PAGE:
Shale gas, not windmills, can free the continent from reliance on Russia. Russia’s invasion of Ukraine has at last focused European minds on the need to reduce their dependence on Russian energy. One solution lies right underfoot.
British Prime Minister David Cameron offered what should be an obvious fix: tapping some of the trillions of cubic feet of shale oil and gas that are estimated to be locked under the European surface. Speaking to reporters on Tuesday in the Hague, Mr. Cameron called the invasion of Crimea “something of a wake-up call” for Europe. “Energy independence, using all these different sources of energy, should be a tier one political issue from now on, rather than tier five.”
He should know. U.K.-based Cuadrilla Resources first applied for an exploration permit in Lancashire in 2008, under the previous Labour government. Cuadrilla says it has found 200 trillion cubic feet of gas-in-place in Lancashire’s Bowland Basin alone. With the U.K. consuming roughly 3.4 trillion cubic feet per year, even a fraction of that gas could make a dramatic difference to energy prices and prospects in Europe.
Since 2008, Cuadrilla has conducted some testing and exploration; met with local land-owners in its prospective drilling sites; prepared more applications for planning and health and safety approval than we can list here; and waited out a string of government-commissioned consultations and studies—all of which have so far concluded that hydraulic fracturing poses no serious risk, albeit with myriad recommended rules governing the process.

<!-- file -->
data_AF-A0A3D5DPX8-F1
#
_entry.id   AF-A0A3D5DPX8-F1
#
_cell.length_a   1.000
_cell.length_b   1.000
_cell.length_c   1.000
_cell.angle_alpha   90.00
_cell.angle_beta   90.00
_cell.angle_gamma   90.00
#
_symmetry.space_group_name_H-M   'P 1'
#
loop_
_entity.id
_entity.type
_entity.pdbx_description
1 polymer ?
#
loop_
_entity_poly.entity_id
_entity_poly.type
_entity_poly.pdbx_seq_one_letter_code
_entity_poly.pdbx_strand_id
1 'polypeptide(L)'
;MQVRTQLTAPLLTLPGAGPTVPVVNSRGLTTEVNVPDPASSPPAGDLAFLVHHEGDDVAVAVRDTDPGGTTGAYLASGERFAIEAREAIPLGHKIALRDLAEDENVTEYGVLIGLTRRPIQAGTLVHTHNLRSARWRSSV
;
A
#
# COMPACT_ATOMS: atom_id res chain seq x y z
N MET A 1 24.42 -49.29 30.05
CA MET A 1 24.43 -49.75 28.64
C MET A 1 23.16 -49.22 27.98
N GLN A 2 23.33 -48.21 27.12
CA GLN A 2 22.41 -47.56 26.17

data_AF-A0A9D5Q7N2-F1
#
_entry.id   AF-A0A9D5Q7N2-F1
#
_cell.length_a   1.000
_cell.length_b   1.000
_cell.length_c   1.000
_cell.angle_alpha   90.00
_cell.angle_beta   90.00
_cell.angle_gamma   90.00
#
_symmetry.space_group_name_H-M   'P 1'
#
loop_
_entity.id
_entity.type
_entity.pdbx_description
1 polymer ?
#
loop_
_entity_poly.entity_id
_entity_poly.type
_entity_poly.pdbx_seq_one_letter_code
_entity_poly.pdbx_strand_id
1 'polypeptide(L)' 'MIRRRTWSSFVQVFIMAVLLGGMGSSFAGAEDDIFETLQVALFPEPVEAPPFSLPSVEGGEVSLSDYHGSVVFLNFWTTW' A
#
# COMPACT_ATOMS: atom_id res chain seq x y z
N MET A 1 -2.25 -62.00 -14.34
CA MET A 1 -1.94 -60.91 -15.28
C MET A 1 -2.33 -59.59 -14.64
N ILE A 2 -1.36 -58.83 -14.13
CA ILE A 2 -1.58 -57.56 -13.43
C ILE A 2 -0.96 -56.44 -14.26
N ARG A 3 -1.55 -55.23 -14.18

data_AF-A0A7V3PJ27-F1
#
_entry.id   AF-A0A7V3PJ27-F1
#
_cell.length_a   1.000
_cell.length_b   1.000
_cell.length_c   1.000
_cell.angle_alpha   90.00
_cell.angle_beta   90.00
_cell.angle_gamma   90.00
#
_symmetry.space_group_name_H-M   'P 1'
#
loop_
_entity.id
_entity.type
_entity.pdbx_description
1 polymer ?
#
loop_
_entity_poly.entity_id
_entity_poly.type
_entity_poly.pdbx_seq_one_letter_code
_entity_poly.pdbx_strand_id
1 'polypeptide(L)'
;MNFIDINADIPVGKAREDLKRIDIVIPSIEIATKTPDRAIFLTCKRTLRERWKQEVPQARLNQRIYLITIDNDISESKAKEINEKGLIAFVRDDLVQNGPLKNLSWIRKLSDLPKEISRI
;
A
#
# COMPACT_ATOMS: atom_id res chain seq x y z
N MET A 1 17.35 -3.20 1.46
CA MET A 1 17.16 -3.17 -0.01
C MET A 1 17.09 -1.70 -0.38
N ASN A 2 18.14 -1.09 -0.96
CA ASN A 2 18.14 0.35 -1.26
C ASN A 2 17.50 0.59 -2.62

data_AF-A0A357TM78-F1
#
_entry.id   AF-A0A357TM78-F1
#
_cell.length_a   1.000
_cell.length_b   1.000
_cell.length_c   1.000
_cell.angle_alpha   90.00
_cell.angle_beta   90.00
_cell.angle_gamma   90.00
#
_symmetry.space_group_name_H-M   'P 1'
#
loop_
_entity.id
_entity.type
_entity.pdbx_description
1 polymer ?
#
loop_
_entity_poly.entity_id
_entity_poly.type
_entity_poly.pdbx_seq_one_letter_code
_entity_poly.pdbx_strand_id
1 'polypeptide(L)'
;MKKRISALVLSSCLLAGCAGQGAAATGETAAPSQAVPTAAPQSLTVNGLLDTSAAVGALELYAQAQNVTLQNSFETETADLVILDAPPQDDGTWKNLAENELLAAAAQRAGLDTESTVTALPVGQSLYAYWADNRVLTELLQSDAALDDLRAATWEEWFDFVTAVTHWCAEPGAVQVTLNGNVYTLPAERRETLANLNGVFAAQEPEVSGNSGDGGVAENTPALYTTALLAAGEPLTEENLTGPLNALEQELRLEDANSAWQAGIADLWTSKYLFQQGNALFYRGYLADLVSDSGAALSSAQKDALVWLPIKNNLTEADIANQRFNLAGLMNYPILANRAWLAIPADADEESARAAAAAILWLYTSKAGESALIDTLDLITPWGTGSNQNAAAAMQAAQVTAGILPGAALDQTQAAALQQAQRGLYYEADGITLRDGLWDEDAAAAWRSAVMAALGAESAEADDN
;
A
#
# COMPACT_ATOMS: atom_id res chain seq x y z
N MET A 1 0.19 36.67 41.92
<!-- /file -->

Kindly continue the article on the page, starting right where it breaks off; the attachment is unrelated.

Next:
A Cuadrilla spokeswoman tells us that if the company’s plans remain on track, it expects to begin exploratory drilling in Lancashire next year and that commercialized production “could begin before the end of the decade.” For an idea of the hold-ups Cuadrilla has already experienced, see the company’s explanation for rejecting a site last year: “The background to this decision includes technical constraints related to wintering birds,” according to Chief Executive Francis Egan’s statement.
That has to change. Lithuania, Finland, Estonia, Latvia and Bulgaria are almost completely dependent on Russia for their natural gas. Poland, Slovakia, the Czech Republic, Austria and Greece source more than half their gas from Russia. Germany gets more than 30%.
All this should put the usual reservations about hydraulic fracturing, or fracking, into a more sober perspective. France and Bulgaria have banned fracking in a fit of environmentalist hysteria, and Germany has placed a moratorium on the practice. Policy makers in Brussels are still fine-tuning the EU environmental regulations they want to require of shale prospectors.
European reluctance to develop fossil-fuel resources at home was a problem long before the Ukraine crisis: Cheap domestic gas would have helped ease the EU’s recent and ongoing economic troubles. Moscow’s invasion of Crimea has now forced European governments to finally admit, among other inconvenient truths, that taxpayer-funded windmills will not deliver energy security, much less improved geopolitical leverage against Moscow. There are few silver linings to Russia’s revanchism, but perhaps a serious European energy policy might be one of them.
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